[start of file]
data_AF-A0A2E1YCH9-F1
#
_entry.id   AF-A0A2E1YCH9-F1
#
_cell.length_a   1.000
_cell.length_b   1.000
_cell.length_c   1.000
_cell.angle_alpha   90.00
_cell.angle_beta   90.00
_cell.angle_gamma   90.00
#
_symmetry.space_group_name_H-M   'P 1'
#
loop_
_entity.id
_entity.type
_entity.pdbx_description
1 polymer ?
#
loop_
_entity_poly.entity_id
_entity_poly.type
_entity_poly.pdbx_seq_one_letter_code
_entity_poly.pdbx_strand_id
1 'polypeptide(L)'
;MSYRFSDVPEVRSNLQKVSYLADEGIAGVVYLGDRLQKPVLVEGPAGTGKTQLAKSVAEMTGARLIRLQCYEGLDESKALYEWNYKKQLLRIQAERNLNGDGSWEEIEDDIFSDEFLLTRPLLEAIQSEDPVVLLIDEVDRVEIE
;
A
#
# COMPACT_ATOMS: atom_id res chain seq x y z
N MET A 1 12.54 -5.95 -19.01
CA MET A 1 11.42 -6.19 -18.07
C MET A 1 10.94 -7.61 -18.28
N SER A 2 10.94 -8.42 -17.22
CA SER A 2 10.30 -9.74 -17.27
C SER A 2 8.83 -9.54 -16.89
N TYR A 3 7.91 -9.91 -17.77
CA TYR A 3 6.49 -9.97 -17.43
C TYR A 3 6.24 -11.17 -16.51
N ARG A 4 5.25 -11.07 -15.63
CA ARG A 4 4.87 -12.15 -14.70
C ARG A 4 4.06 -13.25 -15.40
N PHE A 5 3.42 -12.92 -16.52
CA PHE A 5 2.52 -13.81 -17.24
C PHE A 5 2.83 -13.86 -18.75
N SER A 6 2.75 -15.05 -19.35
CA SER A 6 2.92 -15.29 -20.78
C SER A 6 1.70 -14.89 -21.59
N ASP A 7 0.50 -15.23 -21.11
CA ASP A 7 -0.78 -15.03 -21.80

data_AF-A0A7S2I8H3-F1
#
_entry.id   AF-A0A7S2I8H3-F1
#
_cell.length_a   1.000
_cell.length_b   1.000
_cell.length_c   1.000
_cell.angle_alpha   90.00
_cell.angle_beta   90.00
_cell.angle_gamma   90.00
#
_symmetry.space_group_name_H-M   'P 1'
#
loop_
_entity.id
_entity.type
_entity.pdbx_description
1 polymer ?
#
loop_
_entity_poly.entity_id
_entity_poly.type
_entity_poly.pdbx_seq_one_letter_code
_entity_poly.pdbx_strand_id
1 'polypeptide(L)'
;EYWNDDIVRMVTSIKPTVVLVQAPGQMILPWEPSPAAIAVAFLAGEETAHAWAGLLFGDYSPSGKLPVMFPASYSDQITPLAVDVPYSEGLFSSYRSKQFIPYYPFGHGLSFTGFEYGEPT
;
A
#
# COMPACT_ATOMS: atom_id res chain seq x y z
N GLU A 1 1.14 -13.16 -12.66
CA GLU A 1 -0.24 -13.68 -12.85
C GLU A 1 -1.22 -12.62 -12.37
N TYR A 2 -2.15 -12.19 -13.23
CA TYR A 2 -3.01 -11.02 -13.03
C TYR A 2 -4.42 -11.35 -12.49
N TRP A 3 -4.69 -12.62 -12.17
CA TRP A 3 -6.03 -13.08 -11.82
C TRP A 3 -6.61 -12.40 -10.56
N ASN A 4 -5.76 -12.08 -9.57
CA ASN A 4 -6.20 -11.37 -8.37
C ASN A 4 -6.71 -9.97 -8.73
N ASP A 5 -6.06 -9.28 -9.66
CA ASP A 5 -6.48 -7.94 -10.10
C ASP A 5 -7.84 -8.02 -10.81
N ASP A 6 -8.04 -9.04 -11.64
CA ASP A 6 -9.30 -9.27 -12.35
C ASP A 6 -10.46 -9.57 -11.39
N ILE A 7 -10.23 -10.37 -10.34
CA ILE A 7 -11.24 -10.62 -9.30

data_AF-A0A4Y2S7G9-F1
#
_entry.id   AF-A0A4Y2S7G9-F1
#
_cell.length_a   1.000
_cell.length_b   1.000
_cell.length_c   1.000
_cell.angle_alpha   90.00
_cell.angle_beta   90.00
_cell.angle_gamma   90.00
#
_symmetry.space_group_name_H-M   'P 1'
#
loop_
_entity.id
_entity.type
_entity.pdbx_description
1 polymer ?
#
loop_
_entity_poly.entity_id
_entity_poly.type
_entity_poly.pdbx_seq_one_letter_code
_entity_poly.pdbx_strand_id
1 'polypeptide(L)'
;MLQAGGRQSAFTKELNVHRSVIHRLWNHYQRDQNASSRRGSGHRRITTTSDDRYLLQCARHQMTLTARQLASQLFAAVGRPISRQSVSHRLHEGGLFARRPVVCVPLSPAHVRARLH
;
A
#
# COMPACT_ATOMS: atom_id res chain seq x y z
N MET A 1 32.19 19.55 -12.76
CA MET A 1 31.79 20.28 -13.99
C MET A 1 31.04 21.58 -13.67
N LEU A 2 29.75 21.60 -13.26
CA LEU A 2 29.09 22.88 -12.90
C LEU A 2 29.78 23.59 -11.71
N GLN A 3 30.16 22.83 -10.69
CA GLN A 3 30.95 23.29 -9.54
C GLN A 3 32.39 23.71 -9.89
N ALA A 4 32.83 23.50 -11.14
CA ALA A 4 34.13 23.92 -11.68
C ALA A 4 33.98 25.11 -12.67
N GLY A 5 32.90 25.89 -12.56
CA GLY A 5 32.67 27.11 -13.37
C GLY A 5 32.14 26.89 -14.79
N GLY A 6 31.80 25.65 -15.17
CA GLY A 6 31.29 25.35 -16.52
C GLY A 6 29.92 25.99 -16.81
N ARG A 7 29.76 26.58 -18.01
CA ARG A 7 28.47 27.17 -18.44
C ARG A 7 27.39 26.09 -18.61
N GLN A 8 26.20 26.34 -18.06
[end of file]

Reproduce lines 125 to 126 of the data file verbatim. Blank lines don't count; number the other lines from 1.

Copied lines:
1 'polypeptide(L)'
;MLQAGGRQSAFTKELNVHRSVIHRLWNHYQRDQNASSRRGSGHRRITTTSDDRYLLQCARHQMTLTARQLASQLFAAVGRPISRQSVSHRLHEGGLFARRPVVCVPLSPAHVRARLH